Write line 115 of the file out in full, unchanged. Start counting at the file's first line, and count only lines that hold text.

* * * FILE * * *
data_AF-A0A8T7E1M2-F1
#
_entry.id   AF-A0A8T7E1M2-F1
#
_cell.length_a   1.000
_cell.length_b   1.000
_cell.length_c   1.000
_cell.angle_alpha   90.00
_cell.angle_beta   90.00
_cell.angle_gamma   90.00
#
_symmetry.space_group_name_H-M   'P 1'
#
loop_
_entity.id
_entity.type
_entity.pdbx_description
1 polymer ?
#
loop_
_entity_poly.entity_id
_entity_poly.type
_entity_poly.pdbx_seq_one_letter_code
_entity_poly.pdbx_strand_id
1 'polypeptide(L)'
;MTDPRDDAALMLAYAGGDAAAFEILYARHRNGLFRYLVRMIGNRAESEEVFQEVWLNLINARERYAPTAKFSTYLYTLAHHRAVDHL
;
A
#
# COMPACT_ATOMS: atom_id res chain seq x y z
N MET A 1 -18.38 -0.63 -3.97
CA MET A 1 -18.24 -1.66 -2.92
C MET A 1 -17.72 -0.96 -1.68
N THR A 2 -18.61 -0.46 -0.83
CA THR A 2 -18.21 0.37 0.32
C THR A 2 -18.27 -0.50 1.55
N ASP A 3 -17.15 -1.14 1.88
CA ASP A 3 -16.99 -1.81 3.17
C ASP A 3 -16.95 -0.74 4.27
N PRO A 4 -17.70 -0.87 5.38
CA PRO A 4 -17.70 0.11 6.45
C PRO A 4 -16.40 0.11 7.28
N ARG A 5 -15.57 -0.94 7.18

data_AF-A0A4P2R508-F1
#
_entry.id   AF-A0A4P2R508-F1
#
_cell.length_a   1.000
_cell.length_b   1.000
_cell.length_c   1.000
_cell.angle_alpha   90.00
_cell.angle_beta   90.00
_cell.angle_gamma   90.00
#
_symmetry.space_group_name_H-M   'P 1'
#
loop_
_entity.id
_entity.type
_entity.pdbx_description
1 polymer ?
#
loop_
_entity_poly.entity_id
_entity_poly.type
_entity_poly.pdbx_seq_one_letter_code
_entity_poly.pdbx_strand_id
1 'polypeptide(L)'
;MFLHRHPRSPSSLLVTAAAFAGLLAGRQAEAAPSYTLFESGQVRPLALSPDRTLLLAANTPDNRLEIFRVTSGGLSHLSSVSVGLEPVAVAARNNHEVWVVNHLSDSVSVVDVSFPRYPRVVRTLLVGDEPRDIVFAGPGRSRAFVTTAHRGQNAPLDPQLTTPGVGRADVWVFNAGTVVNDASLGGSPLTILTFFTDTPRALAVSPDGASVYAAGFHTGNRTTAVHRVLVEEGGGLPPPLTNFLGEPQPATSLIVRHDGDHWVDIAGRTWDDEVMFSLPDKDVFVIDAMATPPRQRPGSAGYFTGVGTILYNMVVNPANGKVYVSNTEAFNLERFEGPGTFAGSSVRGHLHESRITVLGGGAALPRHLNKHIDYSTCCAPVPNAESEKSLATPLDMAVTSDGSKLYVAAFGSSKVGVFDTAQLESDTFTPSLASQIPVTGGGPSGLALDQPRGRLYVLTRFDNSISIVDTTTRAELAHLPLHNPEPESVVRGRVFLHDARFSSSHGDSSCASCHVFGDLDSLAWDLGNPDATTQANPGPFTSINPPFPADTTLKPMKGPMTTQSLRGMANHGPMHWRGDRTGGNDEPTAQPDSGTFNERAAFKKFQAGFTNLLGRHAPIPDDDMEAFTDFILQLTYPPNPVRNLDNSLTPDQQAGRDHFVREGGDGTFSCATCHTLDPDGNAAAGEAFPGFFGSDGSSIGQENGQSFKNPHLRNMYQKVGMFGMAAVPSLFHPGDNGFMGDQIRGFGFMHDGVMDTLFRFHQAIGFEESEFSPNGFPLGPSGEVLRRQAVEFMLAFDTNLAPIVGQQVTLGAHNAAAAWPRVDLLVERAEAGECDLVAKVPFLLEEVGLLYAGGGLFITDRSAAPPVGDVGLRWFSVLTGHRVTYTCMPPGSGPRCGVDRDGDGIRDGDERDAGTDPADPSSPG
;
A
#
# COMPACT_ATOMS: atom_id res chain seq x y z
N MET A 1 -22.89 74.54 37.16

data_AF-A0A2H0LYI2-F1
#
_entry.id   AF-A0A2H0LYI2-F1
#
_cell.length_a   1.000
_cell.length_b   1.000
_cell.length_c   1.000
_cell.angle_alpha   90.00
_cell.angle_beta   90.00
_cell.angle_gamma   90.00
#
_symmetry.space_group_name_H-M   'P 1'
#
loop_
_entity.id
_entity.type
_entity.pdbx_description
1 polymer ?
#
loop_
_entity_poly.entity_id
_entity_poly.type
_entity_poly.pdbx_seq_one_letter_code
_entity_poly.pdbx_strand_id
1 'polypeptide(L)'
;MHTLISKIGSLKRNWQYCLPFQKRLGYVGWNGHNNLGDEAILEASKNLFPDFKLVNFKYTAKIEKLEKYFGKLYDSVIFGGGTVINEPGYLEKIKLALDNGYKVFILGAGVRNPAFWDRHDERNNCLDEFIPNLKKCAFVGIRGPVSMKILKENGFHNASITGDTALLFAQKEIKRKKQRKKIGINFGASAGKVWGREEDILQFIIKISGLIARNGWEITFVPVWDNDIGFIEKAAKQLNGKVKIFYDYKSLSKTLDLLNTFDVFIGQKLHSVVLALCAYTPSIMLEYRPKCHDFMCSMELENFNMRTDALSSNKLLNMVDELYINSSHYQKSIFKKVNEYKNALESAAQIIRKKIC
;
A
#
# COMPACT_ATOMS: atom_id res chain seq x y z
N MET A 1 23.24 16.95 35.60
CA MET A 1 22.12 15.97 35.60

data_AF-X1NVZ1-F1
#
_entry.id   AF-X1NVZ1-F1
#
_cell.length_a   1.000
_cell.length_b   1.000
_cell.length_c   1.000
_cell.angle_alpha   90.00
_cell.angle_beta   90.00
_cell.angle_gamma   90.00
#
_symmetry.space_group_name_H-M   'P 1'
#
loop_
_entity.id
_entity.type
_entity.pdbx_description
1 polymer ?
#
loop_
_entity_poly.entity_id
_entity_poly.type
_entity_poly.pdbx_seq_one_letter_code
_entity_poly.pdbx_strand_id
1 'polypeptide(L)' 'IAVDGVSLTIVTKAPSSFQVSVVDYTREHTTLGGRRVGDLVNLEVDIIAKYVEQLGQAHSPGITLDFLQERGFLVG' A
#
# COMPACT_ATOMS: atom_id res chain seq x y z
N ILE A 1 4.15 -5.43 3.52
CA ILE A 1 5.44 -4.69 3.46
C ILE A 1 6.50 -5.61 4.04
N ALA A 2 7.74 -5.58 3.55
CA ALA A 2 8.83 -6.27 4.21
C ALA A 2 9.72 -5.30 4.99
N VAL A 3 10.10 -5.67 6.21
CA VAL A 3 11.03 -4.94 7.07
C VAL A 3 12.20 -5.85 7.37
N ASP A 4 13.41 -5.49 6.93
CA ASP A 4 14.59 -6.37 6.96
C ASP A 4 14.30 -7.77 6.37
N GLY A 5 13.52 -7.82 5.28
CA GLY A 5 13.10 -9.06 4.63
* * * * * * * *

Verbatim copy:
_cell.angle_beta   90.00